You have successfully landed a new UI/UX design project. But there are key pieces of information that you need to obtain from the client before you start working on it. These key pieces are encapsulated in what is commonly known as a design brief.
A design brief is a path to better client relationships and a successful project. Design brief can be improved by asking them some important questions and keeping minimum friction.
In this article, you will learn about the relevant questions that should be asked to your clients, and included in a design brief.
Let’s get started.
A design brief is a document displaying the guidance, instructions, and directions with the expected timelines and budget for the project.
It is created by an individual or team leading the project in collaboration with the client. The client’s input can’t be overlooked as it is crucial to have a better perspective and is important for the success of the project.
A clearly and comprehensively written brief will help set goals, avoid misunderstandings, and help designers abide by the deadlines.
A design brief acts as the roadmap for the entire project. It is a reference document for all the team members including the client.
A good design brief will help designers think more clearly and work within the client’s scope of work.
A well-written design brief must have the following key pieces of information, which can be obtained by getting answers to these questions:
Firstly, before taking on any UI/UX design project, ask your client to tell you more about their business. Hear their brand story in their own words. Understand their working process, common industry practices, and their business goals.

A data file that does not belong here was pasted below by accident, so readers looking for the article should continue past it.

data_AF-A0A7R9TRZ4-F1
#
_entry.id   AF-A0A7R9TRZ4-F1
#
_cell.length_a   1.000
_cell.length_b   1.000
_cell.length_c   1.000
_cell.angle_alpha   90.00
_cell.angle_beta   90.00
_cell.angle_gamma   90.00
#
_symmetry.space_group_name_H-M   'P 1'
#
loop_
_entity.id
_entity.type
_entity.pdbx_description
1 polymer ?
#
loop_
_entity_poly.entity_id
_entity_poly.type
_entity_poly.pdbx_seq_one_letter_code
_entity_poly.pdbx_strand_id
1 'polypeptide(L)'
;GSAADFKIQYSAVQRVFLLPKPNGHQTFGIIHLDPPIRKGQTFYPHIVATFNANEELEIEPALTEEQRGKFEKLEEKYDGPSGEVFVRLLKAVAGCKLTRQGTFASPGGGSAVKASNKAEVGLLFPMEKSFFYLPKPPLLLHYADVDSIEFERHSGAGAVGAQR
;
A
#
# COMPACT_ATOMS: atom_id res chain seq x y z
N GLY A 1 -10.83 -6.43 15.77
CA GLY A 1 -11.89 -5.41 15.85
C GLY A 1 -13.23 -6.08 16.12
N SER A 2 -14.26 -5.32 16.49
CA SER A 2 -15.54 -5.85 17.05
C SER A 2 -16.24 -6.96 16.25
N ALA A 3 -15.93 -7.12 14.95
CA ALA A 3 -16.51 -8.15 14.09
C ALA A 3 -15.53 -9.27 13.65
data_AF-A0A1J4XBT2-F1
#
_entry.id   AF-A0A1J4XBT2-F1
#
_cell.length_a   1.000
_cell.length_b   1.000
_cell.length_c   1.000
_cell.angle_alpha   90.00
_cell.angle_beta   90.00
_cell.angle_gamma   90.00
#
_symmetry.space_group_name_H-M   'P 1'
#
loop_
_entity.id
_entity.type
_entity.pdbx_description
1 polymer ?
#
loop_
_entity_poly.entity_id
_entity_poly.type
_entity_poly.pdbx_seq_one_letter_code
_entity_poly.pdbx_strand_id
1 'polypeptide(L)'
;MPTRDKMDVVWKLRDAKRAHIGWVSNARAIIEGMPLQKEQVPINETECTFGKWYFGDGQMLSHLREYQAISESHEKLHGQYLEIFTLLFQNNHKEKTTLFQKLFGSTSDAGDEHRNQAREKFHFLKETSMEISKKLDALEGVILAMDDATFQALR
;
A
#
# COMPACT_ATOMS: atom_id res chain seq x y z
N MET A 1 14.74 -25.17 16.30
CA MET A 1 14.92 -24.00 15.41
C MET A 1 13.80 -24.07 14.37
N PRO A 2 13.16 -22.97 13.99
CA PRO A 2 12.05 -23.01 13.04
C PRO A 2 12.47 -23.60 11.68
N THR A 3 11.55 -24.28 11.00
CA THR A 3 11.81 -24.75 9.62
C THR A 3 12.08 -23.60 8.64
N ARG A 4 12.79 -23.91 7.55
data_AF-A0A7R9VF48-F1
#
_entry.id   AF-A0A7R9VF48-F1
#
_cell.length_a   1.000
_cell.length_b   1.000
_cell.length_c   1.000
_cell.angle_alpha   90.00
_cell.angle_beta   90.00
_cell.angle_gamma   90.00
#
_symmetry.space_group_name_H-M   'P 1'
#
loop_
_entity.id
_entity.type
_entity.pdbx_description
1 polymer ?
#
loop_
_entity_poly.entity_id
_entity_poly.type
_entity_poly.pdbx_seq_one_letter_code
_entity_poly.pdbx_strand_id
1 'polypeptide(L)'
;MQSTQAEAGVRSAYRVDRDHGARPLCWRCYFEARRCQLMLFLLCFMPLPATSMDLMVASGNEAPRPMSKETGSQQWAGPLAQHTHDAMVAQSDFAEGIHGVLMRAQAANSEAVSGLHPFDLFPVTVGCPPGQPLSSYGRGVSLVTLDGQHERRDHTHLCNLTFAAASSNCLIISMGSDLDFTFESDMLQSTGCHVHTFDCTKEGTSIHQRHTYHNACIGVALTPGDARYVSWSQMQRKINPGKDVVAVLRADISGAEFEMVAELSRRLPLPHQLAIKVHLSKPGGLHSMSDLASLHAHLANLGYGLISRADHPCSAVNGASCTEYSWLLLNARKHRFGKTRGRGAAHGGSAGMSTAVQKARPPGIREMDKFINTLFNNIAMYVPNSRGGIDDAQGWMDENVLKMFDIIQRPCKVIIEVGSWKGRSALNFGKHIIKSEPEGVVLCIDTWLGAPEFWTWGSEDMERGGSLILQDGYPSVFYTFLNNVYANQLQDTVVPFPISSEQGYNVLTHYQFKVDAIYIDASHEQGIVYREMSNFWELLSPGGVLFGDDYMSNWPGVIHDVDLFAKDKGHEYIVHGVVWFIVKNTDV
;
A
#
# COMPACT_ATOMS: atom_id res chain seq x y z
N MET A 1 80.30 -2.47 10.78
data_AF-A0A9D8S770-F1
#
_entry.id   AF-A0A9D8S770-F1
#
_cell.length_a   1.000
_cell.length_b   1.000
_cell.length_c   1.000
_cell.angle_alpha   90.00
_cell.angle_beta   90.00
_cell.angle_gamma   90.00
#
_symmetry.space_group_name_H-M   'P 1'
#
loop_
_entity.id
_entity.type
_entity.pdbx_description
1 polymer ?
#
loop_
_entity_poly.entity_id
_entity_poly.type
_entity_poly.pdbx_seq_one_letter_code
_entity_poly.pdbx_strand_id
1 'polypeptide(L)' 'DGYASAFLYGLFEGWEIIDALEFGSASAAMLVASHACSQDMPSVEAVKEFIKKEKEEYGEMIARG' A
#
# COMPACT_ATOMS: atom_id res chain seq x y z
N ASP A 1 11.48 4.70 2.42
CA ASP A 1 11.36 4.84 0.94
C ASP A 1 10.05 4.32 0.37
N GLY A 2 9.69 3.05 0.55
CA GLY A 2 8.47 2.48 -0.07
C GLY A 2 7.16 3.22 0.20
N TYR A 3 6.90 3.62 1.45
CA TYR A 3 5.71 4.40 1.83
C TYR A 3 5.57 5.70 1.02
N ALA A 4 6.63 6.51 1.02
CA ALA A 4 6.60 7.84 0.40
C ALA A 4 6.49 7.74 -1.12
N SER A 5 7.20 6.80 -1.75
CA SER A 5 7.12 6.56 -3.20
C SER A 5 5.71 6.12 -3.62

You can take a step ahead and ask your client to summarise their business in a few sentences. This will help you grab the essence of the business and focus on the right objectives.
Find out their key values, the market reputation, level of experience in the industry, and the mission and vision of the business.
Ask your client the objective they want to achieve with this project. In what ways will the outcome help the business?
The different types of objectives can be:
If they can’t decide the objectives for the project, you can provide a helping hand by understanding the pain points of the business and aligning the goals with them.
Underlining the goals and their solutions in your brief can significantly help you stay ahead in the process while building a good relationship with the client.
Questioning your client about their target audience can help you create an accurate user persona.
Design is subjective and its beauty holds a unique perspective for everyone. You’re not solely designing for your client, you are designing so that your client’s target audience can resonate with it.
What’s the benefit when your client loves the design but their target audience finds it irrelevant? Figure out the audience age, demographics, type of content they consume, purchasing capacity, lifestyle choices, etc.
The more you know about the target audience, the better you can design for them.
Discovering your clients’ main competitors can help you achieve your clients’ goals easily.
The clients’ competitors are another great source of important strategic information. They can help you guide your design by understanding the elements that work well on them.
As competitors belong to the same industry, the target audience also remains the same. By studying the competition comprehensively, you can make out the preferences of your target audience.
Your intention should not be to copy the design but to learn from their success and failures. Analyze them completely and reflect the learnings in your design.
Now, as you have done your competitors’ study, identifying your clients’ unique selling points will be a cherry on the cake. It will help you stand apart from the cut-throat competition.